I can imagine. I did want to ask about some of the advertising for the show. There has been a lot of focus on the male cast… physically.

Derek: You mean the beefcake. [Laughs]

It's interesting that the shift in that kind of advertising is veering towards men, when in the past — in perhaps a more volatile way — the focus has historically been on women. I don't know how involved you guys are in that aspect, but do you have any thoughts on that?

Derek: What we've learned is, we don't really have a say in the marketing. We had a big meeting with NBC. We talked about that the show is about a family. I think they've captured a lot of those elements in the television ads. But the print ads, they're just trying to put beautiful people up onto a board and sell the show. Which is fine. Whatever gets people in to watch the show. I will say, NBC has been great in that they haven't dictated, almost at all, of what is going to happen in each episode.

Michael: It was interesting. When we were casting the show, Taylor Kinney comes in and gives an incredible audition. We didn't know who we was, we didn't know who he dated. We didn't consider him for his looks. He came in and blew us away. We said, "We found our guy. We found Severide." There was no consideration or knowledge of who he was or what his looks were. Same with Jesse [Spencer]. We were a fan of Jesse's from House, but Jesse got the part because Jesse was the right guy for the job. As a creator or a writer of something, all you're thinking about is casting who is the best guy for the job. We never once considered looks. And then you stand back and look at NBC's version of the billboard, and you're like, "Oh my God, look at what they've done to our guy!" [Laughs] So, there's a little bit of that going on. For me, it's not the greatest, because it doesn't fully represent the depth of the show. But like Derek said, if it gets people to come to the show and then they find something else when they're there, all the better.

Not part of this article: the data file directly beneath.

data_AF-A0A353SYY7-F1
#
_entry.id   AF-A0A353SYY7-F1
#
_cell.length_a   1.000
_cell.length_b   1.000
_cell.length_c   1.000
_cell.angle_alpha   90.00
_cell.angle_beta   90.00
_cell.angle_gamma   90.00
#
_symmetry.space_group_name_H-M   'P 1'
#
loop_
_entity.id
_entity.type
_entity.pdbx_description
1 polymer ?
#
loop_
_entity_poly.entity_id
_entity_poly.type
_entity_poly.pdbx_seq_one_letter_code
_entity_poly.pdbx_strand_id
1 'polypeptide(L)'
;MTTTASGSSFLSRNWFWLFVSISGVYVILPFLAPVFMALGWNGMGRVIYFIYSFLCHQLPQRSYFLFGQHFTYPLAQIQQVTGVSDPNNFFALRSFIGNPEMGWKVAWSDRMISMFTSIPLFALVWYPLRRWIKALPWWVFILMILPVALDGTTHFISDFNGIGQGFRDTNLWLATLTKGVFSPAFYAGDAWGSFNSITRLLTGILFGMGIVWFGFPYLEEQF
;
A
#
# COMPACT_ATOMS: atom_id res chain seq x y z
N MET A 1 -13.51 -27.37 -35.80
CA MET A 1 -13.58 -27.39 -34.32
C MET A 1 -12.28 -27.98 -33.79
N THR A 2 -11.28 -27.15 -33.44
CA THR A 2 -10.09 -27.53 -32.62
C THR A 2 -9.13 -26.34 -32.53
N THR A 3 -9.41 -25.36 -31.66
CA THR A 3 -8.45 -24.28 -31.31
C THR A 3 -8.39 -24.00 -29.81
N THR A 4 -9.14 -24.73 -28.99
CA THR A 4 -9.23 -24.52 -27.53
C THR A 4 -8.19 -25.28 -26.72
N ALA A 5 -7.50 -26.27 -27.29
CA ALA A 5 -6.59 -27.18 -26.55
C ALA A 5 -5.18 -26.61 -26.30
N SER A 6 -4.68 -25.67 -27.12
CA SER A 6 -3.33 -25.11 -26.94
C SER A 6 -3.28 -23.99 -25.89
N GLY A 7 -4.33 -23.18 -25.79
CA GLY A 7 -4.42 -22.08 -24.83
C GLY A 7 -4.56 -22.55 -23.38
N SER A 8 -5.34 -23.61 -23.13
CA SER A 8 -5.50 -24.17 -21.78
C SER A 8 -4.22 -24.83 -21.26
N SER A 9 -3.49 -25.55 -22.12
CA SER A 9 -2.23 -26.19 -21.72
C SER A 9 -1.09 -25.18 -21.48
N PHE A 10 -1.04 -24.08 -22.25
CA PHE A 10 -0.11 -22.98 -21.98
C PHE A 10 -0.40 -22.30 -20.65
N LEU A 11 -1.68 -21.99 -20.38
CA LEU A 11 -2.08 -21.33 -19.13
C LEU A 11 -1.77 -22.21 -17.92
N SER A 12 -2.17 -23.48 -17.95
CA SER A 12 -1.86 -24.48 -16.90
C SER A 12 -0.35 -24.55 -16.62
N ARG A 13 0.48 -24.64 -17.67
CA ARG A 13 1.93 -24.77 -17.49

You have to give a little, but you get a lot back.

Derek: [Laughs] Exactly.

You talk about not knowing Taylor's work. Were you particularly interested in casting unknowns in a lot of the roles?

Derek: That was important to us. We said to NBC, "It's going to be to the detriment of the show if all of a sudden you say, 'There's Ethan Hawke wearing a fire hat.'" We wanted guys who came out of nowhere, and who you wouldn't have a previous association with. That could be our show. That's why almost all of these faces — they've been in shows, but they haven't been the leads and they're not household names. Hopefully they will be when they're done.